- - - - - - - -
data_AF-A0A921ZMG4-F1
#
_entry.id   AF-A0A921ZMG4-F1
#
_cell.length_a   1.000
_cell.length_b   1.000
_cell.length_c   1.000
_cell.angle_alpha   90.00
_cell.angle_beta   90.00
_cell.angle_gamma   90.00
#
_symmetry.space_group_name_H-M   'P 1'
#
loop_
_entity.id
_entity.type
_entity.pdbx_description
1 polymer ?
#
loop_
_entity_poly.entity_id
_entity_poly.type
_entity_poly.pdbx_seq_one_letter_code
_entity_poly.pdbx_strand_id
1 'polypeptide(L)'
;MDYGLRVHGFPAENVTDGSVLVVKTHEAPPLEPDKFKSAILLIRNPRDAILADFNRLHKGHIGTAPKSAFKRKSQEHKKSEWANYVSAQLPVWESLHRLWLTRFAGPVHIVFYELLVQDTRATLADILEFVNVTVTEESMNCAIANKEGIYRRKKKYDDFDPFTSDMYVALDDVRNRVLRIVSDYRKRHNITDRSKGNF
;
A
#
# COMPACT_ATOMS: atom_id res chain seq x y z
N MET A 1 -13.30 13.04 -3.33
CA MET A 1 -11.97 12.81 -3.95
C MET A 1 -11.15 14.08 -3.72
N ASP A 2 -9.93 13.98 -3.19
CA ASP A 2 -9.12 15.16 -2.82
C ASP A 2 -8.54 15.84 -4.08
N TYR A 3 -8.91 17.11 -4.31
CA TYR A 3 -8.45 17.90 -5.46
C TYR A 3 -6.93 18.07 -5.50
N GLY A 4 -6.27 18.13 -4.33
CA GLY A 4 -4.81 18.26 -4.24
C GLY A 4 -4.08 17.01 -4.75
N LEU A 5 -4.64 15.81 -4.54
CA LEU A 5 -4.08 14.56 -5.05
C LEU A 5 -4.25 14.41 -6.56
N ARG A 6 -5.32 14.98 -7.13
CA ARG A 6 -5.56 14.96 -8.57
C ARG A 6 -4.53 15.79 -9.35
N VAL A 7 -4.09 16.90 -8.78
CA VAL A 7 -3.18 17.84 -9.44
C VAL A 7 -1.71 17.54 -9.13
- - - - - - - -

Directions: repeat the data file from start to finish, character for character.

data_AF-A0A921ZMG4-F1
#
_entry.id   AF-A0A921ZMG4-F1
#
_cell.length_a   1.000
_cell.length_b   1.000
_cell.length_c   1.000
_cell.angle_alpha   90.00
_cell.angle_beta   90.00
_cell.angle_gamma   90.00
#
_symmetry.space_group_name_H-M   'P 1'
#
loop_
_entity.id
_entity.type
_entity.pdbx_description
1 polymer ?
#
loop_
_entity_poly.entity_id
_entity_poly.type
_entity_poly.pdbx_seq_one_letter_code
_entity_poly.pdbx_strand_id
1 'polypeptide(L)'
;MDYGLRVHGFPAENVTDGSVLVVKTHEAPPLEPDKFKSAILLIRNPRDAILADFNRLHKGHIGTAPKSAFKRKSQEHKKSEWANYVSAQLPVWESLHRLWLTRFAGPVHIVFYELLVQDTRATLADILEFVNVTVTEESMNCAIANKEGIYRRKKKYDDFDPFTSDMYVALDDVRNRVLRIVSDYRKRHNITDRSKGNF
;
A
#
# COMPACT_ATOMS: atom_id res chain seq x y z
N MET A 1 -13.30 13.04 -3.33
CA MET A 1 -11.97 12.81 -3.95
C MET A 1 -11.15 14.08 -3.72
N ASP A 2 -9.93 13.98 -3.19
CA ASP A 2 -9.12 15.16 -2.82
C ASP A 2 -8.54 15.84 -4.08
N TYR A 3 -8.91 17.11 -4.31
CA TYR A 3 -8.45 17.90 -5.46
C TYR A 3 -6.93 18.07 -5.50
N GLY A 4 -6.27 18.13 -4.33
CA GLY A 4 -4.81 18.26 -4.24
C GLY A 4 -4.08 17.01 -4.75
N LEU A 5 -4.64 15.81 -4.54
CA LEU A 5 -4.08 14.56 -5.05
C LEU A 5 -4.25 14.41 -6.56
N ARG A 6 -5.32 14.98 -7.13
CA ARG A 6 -5.56 14.96 -8.57
C ARG A 6 -4.53 15.79 -9.35
N VAL A 7 -4.09 16.90 -8.78
CA VAL A 7 -3.18 17.84 -9.44
C VAL A 7 -1.71 17.54 -9.13